In the past few weeks there have been many descriptions of the horrible slaughter of human beings in the War on Terrorism. The shootings at the newspaper offices in Paris continue to horrify readers and incite volatile responses.
One of the terms used by a number of journalists to describe this and other attacks is that the terrorists were “armed to the teeth.” The use of this idiom is meant to indicate that the attackers were not carrying just a pistol or even just one rifle. To the contrary, they were equipped with more arms and ammunition than one would need to wipe out a whole community.
The term comes to us from the 1600’s when pirates were prominent in the various oceans and seas around the world. When the pirates actually boarded a ship, they had only one chance to equip themselves with sufficient armaments to accomplish their takeover of the victim ship. There was no going back to the pirate ship to get another gun or other weapon.
Consequently, the pirates would carry a gun in each hand, and…as a backup…they would stick a knife between their teeth. We’ve all seen the cartoons of this but maybe never stopped to think about what it meant.
The feeling that many of us have to the attacks we read about every day is that there is a sense of “overkill.” Victims are not only shot, but shot many times, sometimes even after they are already dead. And, in the Middle East killings it sometimes ends in beheadings and other forms of physical abuse of the body. This is accomplished by having an overabundance of arms on hand, including knives and sometimes machetes. The adrenaline surge on the part of the attackers is huge, leading to monstrous acts which defy the imaginations of most of us.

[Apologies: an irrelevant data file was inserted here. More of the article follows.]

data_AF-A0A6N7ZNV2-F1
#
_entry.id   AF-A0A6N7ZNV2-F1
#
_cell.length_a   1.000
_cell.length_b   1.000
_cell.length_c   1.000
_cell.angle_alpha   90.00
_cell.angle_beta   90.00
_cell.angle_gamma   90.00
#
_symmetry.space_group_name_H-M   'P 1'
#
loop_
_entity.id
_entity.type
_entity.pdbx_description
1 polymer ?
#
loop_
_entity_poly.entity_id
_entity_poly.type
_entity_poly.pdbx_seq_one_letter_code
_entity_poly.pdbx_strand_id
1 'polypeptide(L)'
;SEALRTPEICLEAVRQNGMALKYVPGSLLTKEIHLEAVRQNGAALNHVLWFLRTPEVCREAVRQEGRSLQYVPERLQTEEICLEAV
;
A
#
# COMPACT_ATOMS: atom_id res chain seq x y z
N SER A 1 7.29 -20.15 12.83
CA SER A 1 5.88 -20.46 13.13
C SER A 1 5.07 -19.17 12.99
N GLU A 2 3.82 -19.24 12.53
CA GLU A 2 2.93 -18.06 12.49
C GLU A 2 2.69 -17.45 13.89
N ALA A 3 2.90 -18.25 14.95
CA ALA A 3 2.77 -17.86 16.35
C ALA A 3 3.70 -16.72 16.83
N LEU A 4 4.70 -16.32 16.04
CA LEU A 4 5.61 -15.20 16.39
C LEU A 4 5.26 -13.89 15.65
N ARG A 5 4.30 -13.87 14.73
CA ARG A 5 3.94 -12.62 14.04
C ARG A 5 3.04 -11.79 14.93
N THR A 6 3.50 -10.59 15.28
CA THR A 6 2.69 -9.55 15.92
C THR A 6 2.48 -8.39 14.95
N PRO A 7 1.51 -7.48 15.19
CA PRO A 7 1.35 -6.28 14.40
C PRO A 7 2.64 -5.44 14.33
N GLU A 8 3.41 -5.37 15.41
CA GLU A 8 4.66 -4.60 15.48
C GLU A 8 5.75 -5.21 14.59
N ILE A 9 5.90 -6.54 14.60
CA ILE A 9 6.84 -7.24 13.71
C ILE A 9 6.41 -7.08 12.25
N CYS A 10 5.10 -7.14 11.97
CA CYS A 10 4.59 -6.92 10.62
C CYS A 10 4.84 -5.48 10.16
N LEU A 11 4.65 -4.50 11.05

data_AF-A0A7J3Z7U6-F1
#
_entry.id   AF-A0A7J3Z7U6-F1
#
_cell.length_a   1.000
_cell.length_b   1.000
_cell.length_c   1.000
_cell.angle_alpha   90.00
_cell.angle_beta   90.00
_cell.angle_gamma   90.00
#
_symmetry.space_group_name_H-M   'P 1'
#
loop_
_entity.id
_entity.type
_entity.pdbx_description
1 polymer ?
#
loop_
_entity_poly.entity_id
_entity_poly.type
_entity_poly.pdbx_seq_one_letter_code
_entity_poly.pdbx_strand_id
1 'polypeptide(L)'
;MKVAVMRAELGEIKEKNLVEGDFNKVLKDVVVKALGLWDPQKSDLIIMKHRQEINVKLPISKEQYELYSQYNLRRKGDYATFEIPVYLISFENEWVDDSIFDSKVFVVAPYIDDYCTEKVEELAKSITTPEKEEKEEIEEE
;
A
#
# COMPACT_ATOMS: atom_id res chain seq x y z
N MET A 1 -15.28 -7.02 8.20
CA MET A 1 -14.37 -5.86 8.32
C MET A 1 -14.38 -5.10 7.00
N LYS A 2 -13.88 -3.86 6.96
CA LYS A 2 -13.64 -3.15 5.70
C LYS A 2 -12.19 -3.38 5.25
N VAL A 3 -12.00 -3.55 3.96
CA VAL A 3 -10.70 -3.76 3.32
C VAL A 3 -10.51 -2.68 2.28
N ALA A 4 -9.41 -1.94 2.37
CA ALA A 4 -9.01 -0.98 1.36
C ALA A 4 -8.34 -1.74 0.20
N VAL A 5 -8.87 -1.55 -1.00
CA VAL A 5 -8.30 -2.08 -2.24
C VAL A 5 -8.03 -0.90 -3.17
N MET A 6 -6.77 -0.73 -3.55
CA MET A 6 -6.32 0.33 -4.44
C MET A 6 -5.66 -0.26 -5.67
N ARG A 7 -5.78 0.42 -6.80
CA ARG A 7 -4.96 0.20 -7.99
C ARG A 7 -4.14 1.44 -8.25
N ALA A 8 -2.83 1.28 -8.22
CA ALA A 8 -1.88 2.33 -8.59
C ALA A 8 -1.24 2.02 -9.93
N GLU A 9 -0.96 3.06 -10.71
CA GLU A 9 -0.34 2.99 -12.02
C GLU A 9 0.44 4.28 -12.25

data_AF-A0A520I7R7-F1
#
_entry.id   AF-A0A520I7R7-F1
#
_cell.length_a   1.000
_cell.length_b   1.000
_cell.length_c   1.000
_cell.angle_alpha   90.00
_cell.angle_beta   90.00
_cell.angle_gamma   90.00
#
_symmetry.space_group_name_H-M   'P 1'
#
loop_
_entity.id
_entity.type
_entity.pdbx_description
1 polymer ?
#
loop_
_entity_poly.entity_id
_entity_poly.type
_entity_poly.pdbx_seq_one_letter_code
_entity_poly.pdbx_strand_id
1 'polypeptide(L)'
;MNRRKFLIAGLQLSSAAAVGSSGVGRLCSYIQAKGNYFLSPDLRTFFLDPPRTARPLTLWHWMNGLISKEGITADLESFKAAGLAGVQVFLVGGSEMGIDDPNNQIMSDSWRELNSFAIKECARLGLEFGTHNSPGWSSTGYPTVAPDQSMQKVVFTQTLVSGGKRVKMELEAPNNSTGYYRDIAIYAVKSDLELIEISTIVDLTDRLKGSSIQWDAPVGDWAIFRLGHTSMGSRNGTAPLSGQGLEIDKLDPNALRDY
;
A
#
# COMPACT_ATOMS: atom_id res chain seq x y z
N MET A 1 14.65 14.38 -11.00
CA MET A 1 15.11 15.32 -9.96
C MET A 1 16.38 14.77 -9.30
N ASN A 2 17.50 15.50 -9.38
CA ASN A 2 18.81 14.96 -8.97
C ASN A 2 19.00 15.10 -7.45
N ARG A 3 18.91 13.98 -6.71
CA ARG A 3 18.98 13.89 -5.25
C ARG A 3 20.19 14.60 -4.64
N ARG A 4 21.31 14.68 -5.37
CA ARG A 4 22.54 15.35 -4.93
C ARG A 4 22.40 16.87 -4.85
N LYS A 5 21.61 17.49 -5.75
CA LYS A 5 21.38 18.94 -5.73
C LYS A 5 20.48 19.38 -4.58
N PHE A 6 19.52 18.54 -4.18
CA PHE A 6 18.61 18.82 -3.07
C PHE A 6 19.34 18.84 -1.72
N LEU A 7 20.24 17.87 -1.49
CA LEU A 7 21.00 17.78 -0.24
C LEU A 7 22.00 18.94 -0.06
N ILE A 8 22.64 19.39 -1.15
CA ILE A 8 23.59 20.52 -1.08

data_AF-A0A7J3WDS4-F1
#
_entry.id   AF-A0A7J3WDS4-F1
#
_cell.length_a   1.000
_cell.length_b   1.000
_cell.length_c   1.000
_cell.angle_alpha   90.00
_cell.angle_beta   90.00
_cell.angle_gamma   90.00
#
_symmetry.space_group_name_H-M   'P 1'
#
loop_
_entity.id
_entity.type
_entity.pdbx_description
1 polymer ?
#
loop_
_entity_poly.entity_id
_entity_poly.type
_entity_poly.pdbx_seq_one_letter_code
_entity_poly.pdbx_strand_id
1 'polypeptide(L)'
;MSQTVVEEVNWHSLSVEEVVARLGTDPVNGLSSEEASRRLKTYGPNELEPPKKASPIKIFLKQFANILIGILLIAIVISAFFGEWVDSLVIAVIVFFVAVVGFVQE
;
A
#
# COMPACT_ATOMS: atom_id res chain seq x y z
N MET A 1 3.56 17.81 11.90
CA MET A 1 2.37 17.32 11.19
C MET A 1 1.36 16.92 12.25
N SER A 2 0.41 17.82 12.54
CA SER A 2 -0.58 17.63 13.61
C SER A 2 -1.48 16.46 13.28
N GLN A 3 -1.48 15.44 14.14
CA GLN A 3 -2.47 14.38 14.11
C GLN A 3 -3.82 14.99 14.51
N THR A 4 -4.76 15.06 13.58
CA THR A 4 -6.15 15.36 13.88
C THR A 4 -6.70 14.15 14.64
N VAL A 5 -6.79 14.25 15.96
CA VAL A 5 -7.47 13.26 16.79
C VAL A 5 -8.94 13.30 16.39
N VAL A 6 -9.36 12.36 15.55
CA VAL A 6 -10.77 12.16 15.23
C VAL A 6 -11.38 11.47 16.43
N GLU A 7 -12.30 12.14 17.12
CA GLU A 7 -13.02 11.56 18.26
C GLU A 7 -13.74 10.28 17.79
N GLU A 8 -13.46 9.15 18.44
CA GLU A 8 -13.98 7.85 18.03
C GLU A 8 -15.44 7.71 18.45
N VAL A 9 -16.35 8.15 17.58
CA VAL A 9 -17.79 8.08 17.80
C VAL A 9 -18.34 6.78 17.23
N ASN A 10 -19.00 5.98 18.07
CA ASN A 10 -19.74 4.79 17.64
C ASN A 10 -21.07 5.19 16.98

The incidence of militarization of police has also sparked commentary about police being “over-equipped” for the tasks before them. As the wars in Iraq and Afghanistan have wound down, military weaponry has been made available to local police unites, allowing them to become more and more a military unit rather than the community-based “friendly police” organizations we remember from other eras. SWAT teams used to be special units that were occasionally called into criminal events such as hostage-taking. For the most part normal police activity at a scene of a crime was restricted to a car or two of police officers and backups who were normally equipped with the weaponry needed to put down a situation rapidly and with some degree of discretion.
In recent times, however, trucks filled with heavily-armed, and dramatically dressed and equipped martial units pull into a scene and there is a pseudo-military atmosphere in which emotions run high and the possibility of over-kill can occur. This is not meant as a criticism of current policing as much as a notation of the changing environment in police response.
Armed to the teeth, these units tend to create or expand a setting in which ammunition can fly in abundance and injury and death of perpetrators and sometimes hostages and other innocents are endangered. It will be good to have the pirate image in mind when this topic arises again…and it will.
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